The paradox is that you don't achieve unity,

you survive it. 

Is there an innate human nature independent of our external experiences and influences? In a 1971 debate, Chomsky and Michael Foucault disagree about the fundamental qualities of human nature. Here's the video of the full debate with English subtitles. Once again, I note how interesting where it's available and how.

Venkatesh Rao has a note about divergentism. That is the tendency by individuals “to hear each other less as they age, and that information ubiquity paradoxically accelerates this process, so that technologically advancing societies grow more divergentist over historical time scales.”

But are we actually divergent?


Ten strategies of manipulation through the mass media

Hold that question while you review the list below. The provenance might be uncertain, yet like The Paradox of our Age, it resonates.

Each of the strategies takes advantage of human nature.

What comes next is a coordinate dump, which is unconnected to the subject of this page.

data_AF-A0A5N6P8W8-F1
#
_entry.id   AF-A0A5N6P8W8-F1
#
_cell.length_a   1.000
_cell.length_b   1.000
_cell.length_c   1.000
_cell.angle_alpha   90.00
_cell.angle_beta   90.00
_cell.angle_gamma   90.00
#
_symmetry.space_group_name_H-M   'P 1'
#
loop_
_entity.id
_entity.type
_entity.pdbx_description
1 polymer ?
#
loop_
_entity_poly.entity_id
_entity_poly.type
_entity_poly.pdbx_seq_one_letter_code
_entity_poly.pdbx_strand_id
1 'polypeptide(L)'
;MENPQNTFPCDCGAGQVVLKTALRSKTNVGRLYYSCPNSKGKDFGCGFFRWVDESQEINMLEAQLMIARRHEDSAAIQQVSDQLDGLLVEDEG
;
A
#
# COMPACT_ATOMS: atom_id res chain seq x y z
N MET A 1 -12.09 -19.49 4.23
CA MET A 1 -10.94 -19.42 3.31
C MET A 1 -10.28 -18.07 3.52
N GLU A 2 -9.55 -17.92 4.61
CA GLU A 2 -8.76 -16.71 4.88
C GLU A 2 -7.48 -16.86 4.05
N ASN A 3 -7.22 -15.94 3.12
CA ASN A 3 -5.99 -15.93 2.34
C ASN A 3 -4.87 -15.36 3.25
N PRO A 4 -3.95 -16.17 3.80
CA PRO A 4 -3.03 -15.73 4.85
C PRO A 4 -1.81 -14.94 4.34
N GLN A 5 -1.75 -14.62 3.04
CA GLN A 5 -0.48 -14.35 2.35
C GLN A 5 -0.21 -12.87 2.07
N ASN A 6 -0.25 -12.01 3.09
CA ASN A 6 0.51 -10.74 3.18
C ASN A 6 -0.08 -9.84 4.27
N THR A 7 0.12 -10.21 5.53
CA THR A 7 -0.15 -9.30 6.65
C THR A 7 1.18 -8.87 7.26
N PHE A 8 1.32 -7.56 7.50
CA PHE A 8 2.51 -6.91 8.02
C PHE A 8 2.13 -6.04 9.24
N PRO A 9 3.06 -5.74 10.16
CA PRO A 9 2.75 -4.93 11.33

1.  The strategy of distraction

The primordial element of social control is the strategy of distraction through the technique of the deluge or flooding of continuous distractions and insignificant information. This diverts the attention of the public from the important problems and changes decided by the political and economic elites.


2.  Create problems and then offer solutions

This method is also called “problem-reaction-solution.” Perhaps you've experienced this at work as well. A problem is created—a 'situation' expected to cause a certain reaction. The aim of the instigator is to pass measures to counter the problem. Acceptance without scrutiny is itself a problem. 


3.  The strategy of gradualness

To have an unacceptable measure accepted, just apply it gradually. Drip, drip, drip for consecutive years. In politics, this goes by the name Overton window. A mass communication scheme that could be manipulative, capable of implementing a skillful and very subtle form of occult persuasion.

You start from an idea that is unacceptable to public opinion. Then through precise processes and phases you make it palatable, acceptable, and even legalized.